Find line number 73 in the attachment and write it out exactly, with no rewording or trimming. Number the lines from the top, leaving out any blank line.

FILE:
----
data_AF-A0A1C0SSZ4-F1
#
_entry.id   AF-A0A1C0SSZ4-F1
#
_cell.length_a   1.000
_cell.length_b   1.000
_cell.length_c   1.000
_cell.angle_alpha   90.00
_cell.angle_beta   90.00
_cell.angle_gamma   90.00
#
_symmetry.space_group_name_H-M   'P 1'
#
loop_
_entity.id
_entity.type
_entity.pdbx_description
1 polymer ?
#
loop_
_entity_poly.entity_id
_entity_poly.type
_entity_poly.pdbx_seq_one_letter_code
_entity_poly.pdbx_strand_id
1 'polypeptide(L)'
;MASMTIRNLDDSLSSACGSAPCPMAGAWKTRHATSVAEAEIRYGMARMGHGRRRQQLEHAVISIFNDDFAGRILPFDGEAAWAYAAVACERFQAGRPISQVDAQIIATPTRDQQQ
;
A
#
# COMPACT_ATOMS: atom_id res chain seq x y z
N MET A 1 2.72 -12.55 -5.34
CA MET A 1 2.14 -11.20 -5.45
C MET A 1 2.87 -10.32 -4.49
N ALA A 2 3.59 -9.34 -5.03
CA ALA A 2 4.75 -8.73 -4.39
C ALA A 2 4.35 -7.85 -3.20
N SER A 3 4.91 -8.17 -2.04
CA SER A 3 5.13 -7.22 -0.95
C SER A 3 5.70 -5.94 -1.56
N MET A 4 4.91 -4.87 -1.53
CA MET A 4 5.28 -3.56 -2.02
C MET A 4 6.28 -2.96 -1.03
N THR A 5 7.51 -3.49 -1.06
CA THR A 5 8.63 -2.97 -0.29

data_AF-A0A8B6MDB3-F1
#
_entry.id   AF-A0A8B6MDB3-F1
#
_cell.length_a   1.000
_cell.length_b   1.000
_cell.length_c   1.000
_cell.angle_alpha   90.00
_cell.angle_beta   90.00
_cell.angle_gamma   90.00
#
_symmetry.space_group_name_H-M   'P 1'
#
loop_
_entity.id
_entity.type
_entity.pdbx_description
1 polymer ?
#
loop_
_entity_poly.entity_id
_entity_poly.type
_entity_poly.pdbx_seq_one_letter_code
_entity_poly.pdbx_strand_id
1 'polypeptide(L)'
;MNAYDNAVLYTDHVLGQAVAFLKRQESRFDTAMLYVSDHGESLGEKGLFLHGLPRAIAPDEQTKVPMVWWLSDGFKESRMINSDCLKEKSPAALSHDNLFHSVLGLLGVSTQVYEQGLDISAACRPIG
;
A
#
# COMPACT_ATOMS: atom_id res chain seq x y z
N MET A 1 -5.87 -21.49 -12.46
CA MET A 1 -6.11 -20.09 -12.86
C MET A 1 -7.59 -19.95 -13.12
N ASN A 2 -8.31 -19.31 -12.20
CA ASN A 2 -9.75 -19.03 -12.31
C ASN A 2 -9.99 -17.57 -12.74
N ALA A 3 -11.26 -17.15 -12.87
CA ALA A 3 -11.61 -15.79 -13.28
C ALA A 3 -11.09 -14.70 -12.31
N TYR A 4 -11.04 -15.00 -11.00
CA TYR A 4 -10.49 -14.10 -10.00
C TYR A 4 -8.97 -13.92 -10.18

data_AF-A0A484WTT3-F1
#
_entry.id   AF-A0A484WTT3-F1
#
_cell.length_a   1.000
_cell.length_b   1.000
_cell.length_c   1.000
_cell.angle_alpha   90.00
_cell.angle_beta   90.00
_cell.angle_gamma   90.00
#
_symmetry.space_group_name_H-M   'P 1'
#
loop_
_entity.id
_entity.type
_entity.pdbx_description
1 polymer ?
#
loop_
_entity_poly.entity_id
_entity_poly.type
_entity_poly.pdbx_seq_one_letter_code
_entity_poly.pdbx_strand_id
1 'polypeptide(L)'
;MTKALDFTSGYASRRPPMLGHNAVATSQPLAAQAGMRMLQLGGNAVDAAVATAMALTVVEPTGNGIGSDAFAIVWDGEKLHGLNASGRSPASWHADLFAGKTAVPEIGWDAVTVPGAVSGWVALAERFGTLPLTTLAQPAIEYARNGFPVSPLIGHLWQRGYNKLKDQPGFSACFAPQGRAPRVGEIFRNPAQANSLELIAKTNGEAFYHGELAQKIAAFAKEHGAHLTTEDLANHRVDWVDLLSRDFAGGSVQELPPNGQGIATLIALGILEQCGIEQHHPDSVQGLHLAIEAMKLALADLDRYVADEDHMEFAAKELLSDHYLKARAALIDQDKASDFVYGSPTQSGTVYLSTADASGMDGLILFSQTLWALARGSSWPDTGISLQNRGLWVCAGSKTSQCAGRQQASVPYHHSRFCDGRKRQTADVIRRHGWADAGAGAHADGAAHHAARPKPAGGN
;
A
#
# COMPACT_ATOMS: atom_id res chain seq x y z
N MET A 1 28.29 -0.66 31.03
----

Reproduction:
#